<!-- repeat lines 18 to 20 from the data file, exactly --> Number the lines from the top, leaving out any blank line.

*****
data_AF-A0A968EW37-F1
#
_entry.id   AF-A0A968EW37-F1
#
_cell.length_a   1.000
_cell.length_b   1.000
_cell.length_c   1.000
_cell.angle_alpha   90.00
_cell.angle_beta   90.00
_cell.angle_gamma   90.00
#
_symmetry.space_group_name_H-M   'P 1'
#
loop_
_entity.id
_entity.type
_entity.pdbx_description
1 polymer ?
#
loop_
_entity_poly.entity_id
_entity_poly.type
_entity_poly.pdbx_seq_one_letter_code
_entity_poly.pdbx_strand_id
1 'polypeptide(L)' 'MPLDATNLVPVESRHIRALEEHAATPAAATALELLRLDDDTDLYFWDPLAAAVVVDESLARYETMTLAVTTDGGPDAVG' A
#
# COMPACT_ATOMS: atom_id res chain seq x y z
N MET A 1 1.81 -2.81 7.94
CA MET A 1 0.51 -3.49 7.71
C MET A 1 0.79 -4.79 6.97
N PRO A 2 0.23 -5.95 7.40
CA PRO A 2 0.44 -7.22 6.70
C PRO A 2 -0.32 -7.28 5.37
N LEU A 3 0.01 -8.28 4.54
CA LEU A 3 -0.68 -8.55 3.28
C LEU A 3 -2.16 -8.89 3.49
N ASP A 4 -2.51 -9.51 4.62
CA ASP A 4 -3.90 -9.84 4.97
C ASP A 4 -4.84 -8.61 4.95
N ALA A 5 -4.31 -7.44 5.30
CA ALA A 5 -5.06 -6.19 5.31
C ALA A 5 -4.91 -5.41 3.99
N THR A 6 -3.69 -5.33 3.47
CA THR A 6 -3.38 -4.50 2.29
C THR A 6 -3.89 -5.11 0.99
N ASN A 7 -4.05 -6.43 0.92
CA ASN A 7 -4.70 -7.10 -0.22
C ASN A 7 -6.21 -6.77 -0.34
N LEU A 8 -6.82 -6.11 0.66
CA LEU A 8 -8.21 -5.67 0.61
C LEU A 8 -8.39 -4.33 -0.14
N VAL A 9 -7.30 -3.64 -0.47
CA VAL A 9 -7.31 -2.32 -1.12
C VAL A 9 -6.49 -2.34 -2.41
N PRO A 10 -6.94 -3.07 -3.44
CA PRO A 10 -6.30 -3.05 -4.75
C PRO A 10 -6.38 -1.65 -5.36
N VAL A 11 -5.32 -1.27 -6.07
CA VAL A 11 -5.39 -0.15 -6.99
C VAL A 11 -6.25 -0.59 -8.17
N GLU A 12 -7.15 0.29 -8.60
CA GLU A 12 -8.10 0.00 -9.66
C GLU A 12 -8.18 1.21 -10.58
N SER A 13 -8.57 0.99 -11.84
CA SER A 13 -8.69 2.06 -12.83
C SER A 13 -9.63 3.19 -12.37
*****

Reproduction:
1 polymer ?
#
loop_